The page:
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Albufeira, situated along the stunning Southern coastline of Portugal, is the perfect place to relax, enjoy gorgeous weather, pristine beaches, and great food. Despite a growing reputation as a stag and hen party destination, the coastline offers plenty to do for a little more culture, adventure, or relaxation. We stayed in the gorgeous 5-star São Rafael Atlântico in the picturesque village of Sesmarias, just a few kilometres from the Old Town of Albufeira, and you can read our review of the hotel here.
If you’ve booked a trip to the Algarve, chances are that you are fully aware of the incredible immaculate beaches. Portugal has 332 blue-flag awarded beaches, with just under 90 of these in the Algarve that meet the strict criteria of safety, access and environment. Experiencing these beaches, however, is something else entirely. Luckily our hotel had direct private access to the São Rafael Beach just 2 minutes away from the hotel, and whilst it was still busy, it was much quieter than the main ones around Albufeira. We also visited the huge Pescadores beach in the Albufeira Old Town which stretches out along the whole coastline. For the best views along the beach, make sure you take a trip to the Pau da Bandeira viewpoint.
2. Old Town
Albufeira is split into two parts, the Old Town and the strip in the New Town. The compact Old Town is where you will find the culture, lovely shops and restaurants, and family-friendly entertainment. The strip in the New Town is where you will find the wild stag and hen parties in wall-to-wall clubs and bars. Thankfully we avoided the strip, but we spent a lovely day wandering around the Old Town and taking in the lovely markets, cobbled streets, shops and bars that line every road. There’s certainly plenty to see, do, eat and drink to spend a couple of days in the main town.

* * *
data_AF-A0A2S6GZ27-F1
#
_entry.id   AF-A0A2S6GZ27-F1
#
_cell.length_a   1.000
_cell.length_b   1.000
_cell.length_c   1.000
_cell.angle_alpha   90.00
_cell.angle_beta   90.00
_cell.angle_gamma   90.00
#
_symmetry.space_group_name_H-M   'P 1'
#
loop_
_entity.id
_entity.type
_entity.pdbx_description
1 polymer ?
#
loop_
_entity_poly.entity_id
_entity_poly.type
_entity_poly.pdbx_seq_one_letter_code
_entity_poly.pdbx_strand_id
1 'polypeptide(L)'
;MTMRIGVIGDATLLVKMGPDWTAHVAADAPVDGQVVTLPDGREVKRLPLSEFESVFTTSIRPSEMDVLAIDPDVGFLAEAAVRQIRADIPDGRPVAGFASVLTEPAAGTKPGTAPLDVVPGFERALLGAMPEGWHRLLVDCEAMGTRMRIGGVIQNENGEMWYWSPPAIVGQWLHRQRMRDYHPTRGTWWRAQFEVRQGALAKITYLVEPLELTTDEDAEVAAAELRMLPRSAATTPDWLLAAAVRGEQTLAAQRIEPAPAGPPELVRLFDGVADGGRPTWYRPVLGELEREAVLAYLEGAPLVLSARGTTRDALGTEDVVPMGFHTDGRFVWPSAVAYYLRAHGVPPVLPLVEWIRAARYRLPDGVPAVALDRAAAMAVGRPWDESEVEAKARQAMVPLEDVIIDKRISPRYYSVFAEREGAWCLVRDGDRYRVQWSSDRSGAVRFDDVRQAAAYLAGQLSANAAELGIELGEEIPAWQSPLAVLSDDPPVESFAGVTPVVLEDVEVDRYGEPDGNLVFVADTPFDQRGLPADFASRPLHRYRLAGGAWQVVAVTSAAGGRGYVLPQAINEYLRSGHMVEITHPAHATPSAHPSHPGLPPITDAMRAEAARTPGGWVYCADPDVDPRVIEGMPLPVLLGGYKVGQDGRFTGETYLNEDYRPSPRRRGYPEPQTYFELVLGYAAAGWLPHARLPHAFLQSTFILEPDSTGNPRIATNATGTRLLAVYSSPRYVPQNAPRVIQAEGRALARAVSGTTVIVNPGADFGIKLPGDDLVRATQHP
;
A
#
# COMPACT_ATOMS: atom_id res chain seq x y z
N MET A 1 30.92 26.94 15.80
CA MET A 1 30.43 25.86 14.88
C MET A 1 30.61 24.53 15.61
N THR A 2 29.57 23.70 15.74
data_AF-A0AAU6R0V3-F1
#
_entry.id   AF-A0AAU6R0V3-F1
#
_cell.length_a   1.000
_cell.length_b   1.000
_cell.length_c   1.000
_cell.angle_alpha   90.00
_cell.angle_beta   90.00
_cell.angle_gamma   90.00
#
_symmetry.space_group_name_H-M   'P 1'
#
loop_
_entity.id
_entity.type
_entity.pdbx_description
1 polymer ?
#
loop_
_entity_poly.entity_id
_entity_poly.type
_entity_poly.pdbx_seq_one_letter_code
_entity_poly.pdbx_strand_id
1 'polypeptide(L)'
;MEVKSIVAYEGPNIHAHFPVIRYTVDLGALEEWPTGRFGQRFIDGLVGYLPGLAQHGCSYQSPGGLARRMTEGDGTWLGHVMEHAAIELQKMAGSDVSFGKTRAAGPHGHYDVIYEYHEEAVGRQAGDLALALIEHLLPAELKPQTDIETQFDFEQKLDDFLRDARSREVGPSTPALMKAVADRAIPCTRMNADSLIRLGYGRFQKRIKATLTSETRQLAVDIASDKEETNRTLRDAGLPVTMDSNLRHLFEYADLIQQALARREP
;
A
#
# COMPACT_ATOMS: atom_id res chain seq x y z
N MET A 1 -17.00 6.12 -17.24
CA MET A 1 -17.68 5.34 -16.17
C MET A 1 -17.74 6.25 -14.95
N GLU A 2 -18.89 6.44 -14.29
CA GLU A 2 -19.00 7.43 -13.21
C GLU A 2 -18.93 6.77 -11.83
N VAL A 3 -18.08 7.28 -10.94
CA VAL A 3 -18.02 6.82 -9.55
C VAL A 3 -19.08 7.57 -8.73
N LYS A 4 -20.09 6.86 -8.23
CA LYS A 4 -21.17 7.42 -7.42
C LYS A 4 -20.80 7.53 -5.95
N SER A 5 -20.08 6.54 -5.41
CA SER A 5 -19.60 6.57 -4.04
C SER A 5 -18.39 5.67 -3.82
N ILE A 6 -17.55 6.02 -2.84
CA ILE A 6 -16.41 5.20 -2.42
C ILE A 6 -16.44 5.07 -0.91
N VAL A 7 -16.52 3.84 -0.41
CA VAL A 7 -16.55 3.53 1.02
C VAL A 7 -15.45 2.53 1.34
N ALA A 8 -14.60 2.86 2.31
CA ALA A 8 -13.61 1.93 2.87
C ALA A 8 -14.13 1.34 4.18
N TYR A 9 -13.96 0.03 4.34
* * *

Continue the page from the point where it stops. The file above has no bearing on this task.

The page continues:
3. Go further to Lagos or Faro
Albufeira is ideally located between the cities of Faro, Lagos, and Portimão, which all offer fantastic day trips. Faro is the largest city and the capital of the Algarve region, and is likely to be the airport in which you will land at. Among the main tourist attractions are the amazing 13th Century cathedral and, as with much of southern Portugal and Spain, the many sites of Arabic influence. To the West of Albufeira lies both Lagos, famed again for it’s wonderful beaches and walled Old Town, and Portimão, a gorgeous port town with a bustling marina and famous old quarter.
4. Explore the Caves by Paddleboard
The many pristine beaches and rugged coastlines of the Algarve offer the opportunities for a number of exciting watersports. On our closest beach, the São Rafael Beach, we were lucky to have the fantastic Albufeira Surf & SUP offering everything from paddle-boarding to surfing lessons. I opted with a stand-up paddleboard tour of the coastline caves, and it was an incredible experience. Our guide Chico gave us a quick demonstration before we set off to explore the caves (and fall a number of times). Chico took a number of great photos of each of us, as well as taking us to explore a beautiful empty beach. The experience was great, well worth the money, and I would certainly recommend it to anybody visiting Albufeira who want to find a different way of exploring the region.
If you’re a foodie, Albufeira can often some great opportunities. As an obvious gateway to the Atlantic Ocean, the Algarve is famous for its seafood, with plenty of places offering freshly caught fish. Expect wholesome, simple and tasty traditional food from the local restaurants, however there is obviously a huge range of cuisine that reflects the international appeal of the region.
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